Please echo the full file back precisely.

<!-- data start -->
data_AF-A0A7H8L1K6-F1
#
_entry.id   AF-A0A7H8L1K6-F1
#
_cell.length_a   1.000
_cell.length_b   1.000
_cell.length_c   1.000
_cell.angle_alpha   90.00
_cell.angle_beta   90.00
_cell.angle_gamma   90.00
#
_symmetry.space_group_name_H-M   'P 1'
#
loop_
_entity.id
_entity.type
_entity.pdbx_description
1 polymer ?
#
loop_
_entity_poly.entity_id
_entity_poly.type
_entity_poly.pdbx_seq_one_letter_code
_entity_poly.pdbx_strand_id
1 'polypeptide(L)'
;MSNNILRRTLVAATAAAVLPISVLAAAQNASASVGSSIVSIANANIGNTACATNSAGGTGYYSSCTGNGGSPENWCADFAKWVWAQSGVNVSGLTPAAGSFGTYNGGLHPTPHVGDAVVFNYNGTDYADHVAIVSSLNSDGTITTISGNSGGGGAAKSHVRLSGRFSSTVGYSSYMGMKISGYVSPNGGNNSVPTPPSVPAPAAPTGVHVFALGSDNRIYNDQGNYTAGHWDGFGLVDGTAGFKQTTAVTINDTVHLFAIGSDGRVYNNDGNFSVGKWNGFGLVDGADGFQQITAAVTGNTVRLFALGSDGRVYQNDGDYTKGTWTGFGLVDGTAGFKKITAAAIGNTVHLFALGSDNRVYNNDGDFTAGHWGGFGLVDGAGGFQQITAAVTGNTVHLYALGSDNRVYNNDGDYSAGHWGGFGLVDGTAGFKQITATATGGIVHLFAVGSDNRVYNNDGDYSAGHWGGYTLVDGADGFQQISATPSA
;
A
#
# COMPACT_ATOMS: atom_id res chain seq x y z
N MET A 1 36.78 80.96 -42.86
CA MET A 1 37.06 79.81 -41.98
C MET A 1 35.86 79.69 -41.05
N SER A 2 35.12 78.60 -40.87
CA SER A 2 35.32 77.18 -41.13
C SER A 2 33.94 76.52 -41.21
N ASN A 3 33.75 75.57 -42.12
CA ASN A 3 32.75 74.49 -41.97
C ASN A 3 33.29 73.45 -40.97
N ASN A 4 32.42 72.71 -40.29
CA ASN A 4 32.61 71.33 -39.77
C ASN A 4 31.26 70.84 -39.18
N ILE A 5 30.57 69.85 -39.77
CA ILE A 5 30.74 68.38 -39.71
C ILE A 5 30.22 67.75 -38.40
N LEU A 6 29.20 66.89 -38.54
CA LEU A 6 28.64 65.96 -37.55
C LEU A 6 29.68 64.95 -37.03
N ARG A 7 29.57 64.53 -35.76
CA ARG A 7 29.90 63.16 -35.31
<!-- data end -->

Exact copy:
data_AF-A0A7H8L1K6-F1
#
_entry.id   AF-A0A7H8L1K6-F1
#
_cell.length_a   1.000
_cell.length_b   1.000
_cell.length_c   1.000
_cell.angle_alpha   90.00
_cell.angle_beta   90.00
_cell.angle_gamma   90.00
#
_symmetry.space_group_name_H-M   'P 1'
#
loop_
_entity.id
_entity.type
_entity.pdbx_description
1 polymer ?
#
loop_
_entity_poly.entity_id
_entity_poly.type
_entity_poly.pdbx_seq_one_letter_code
_entity_poly.pdbx_strand_id
1 'polypeptide(L)'
;MSNNILRRTLVAATAAAVLPISVLAAAQNASASVGSSIVSIANANIGNTACATNSAGGTGYYSSCTGNGGSPENWCADFAKWVWAQSGVNVSGLTPAAGSFGTYNGGLHPTPHVGDAVVFNYNGTDYADHVAIVSSLNSDGTITTISGNSGGGGAAKSHVRLSGRFSSTVGYSSYMGMKISGYVSPNGGNNSVPTPPSVPAPAAPTGVHVFALGSDNRIYNDQGNYTAGHWDGFGLVDGTAGFKQTTAVTINDTVHLFAIGSDGRVYNNDGNFSVGKWNGFGLVDGADGFQQITAAVTGNTVRLFALGSDGRVYQNDGDYTKGTWTGFGLVDGTAGFKKITAAAIGNTVHLFALGSDNRVYNNDGDFTAGHWGGFGLVDGAGGFQQITAAVTGNTVHLYALGSDNRVYNNDGDYSAGHWGGFGLVDGTAGFKQITATATGGIVHLFAVGSDNRVYNNDGDYSAGHWGGYTLVDGADGFQQISATPSA
;
A
#
# COMPACT_ATOMS: atom_id res chain seq x y z
N MET A 1 36.78 80.96 -42.86
CA MET A 1 37.06 79.81 -41.98
C MET A 1 35.86 79.69 -41.05
N SER A 2 35.12 78.60 -40.87
CA SER A 2 35.32 77.18 -41.13
C SER A 2 33.94 76.52 -41.21
N ASN A 3 33.75 75.57 -42.12
CA ASN A 3 32.75 74.49 -41.97
C ASN A 3 33.29 73.45 -40.97
N ASN A 4 32.42 72.71 -40.29
CA ASN A 4 32.61 71.33 -39.77
C ASN A 4 31.26 70.84 -39.18
N ILE A 5 30.57 69.85 -39.77
CA ILE A 5 30.74 68.38 -39.71
C ILE A 5 30.22 67.75 -38.40
N LEU A 6 29.20 66.89 -38.54
CA LEU A 6 28.64 65.96 -37.55
C LEU A 6 29.68 64.95 -37.03
N ARG A 7 29.57 64.53 -35.76
CA ARG A 7 29.90 63.16 -35.31